This Changes Everything | Niki Bezzant #NZnonfiction

A common theme emerges if you search online for ‘menopause cartoons’. There’s no shortage of offerings – over 7 million results when I Googled recently – and they overwhelmly depict women looking dumpy, dowdy and elderly….My generation – Gen X – don’t consider ourselves old, or dowdy, or past it.

I read This Changes Everything: The Honest Guide to Menopause and Perimenopause by New Zealand based journalist Niki Bezzant for Non-Fiction November, but my posting schedule blew out, so here it is a month later.

This Changes Everything is a well-researched, science-based approach to women’s health. My favourite kind! Like me, Bezzant avoids the woo-woo, although she does point out the few natural therapies that can work in certain instances, and she doesn’t discount the placebo effect when it comes to these types of product. She reminds us to always be wary of health advice that comes from someone trying to sell you their product.

I started reading peri-menopause books back in 2015.

I’d already been experiencing symptoms for a couple of years but didn’t know what they were, or that they were related, until a slightly older female friend set me straight. Doing some quick sums, and hoping that the figures in every single book I’ve read are accurate (that women tend to experience perimenopausal symptoms from between 2-10 years), I must be nearly at the end!

Each book has taught me something new, or shed a light on a particular issue I was facing at the time.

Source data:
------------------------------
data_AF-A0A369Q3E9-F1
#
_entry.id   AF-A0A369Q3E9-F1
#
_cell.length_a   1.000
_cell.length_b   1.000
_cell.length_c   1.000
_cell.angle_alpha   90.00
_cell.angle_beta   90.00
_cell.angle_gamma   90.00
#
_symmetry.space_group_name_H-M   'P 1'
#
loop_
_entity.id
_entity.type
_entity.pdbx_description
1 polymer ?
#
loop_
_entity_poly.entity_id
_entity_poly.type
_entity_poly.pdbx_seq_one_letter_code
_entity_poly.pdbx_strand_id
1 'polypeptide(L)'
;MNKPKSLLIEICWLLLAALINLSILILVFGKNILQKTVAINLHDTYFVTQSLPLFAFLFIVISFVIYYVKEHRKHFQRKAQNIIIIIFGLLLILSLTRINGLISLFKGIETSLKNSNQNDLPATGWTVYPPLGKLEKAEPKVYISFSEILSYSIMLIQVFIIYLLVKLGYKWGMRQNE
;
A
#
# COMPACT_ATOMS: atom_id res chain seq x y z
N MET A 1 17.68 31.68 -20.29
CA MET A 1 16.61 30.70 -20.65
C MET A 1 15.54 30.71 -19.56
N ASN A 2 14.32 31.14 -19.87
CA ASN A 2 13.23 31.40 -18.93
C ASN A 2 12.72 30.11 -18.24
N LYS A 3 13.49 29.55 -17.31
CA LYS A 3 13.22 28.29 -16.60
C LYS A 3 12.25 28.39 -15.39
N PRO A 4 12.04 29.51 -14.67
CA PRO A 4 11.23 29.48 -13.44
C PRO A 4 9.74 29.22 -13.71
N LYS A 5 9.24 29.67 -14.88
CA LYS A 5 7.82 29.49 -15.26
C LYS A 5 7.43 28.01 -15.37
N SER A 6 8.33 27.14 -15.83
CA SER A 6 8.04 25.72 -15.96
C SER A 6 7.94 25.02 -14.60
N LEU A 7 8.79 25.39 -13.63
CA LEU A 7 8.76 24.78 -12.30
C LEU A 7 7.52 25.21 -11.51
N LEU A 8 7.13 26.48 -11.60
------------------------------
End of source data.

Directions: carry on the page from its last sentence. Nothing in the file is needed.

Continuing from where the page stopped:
Each one has also reassured me that I wasn’t going crazy! Thankfully my experience has not been at the extreme end, but it has been consistent, persistent and enduring. Bezzant lists 42 possible symptoms associated with peri-menopause – over the past nine years I have ticked off all but a small handful of them. It’s one to-do list I could have done without!

For the 20% of women who experience none or very minimal symptoms – lucky you! And for the 20% who experience severe symptoms – my heart goes out to you. The rest of us in the 60% zone plod along, ticking off the symptom checklist one at a time, often wondering what is going on for us, until we pick up another book to discover that the weird feeling/change we have been living with is ‘just’ another part of the peri-menopausal journey.

Bezzant’s book is all about the oestrogen.

She clearly describes how it works in our bodies, and what happens as it fluctuates throughout perimenopause and on into menopause and post-menopause. The book is divided up into the various issues that affect most women, so if hot flushes are your main issue, a whole chapter covers off everything you need to know about them. Also included are chapters on mood swings, brain fog, sleeplessness, loss of libido, weight gain, changes to skin & hair, gut problems, and aches & pains.

Each chapter includes a section with anecdotes from real women. I confess I didn’t read them. I just wanted to know what was going on for me!

The newspaper column style chosen by Bezzant is not my preferred way of reading non-fiction, but we got by. Naturally the back of the book includes a great list of contacts and websites that are New Zealand-centric. A few Australian and UK sites are included plus a recommended reading list. For further reading Bezzant’s website includes an extensive list, chapter-by-chapter, of the books and articles used by her to write this book.

My reading list is below.

This Changes Everything is highly recommended for those looking for down-to-earth, fact-based information told with a dash of humour and lashings of practical advice.

Title: This Changes Everything: The honest guide to menopause and perimenopause
Author: Niki Bezzant
ISBN: 9780143776260
Imprint: Penguin
Published: 5 January 2022
Format: Trade Paperback
Pages: 320
Dates Read: 31 October 2022 - 15 November 2022
This post was written on the traditional land of the Wangal clan, one of the 29 clans of the Eora Nation within the Sydney basin. This Reading Life acknowledges that Aboriginal and Torres Strait Islander peoples are our first storytellers.

8 thoughts on “This Changes Everything | Niki Bezzant #NZnonfiction